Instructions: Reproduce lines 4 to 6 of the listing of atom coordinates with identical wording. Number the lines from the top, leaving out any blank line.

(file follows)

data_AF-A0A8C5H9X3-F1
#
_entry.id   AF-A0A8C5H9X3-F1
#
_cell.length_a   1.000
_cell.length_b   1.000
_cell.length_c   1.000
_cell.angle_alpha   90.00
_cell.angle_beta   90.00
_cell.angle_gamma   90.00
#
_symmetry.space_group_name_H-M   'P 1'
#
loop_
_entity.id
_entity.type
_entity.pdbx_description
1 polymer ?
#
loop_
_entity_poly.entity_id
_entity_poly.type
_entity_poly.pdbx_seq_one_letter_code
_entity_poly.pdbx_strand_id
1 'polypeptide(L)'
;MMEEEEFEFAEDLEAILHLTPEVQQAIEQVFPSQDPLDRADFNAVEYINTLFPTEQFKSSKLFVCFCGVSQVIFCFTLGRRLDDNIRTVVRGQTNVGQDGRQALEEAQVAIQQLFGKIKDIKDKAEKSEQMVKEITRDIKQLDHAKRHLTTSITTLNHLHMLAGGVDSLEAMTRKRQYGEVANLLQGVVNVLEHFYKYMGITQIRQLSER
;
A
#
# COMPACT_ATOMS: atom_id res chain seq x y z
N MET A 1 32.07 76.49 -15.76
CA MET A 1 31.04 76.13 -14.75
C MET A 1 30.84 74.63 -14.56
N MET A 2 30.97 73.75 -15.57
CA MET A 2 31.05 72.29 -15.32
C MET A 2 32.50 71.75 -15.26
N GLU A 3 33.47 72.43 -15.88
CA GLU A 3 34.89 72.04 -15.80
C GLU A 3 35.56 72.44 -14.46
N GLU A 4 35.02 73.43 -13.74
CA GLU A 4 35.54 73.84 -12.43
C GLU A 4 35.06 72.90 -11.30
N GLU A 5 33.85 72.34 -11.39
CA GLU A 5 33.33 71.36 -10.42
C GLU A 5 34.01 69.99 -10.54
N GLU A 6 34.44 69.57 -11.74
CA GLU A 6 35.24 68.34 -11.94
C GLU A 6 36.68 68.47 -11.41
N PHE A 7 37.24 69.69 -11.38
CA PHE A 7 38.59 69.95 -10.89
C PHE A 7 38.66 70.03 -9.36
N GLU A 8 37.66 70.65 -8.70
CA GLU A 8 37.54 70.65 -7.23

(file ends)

#
_cell.length_a   1.000
_cell.length_b   1.000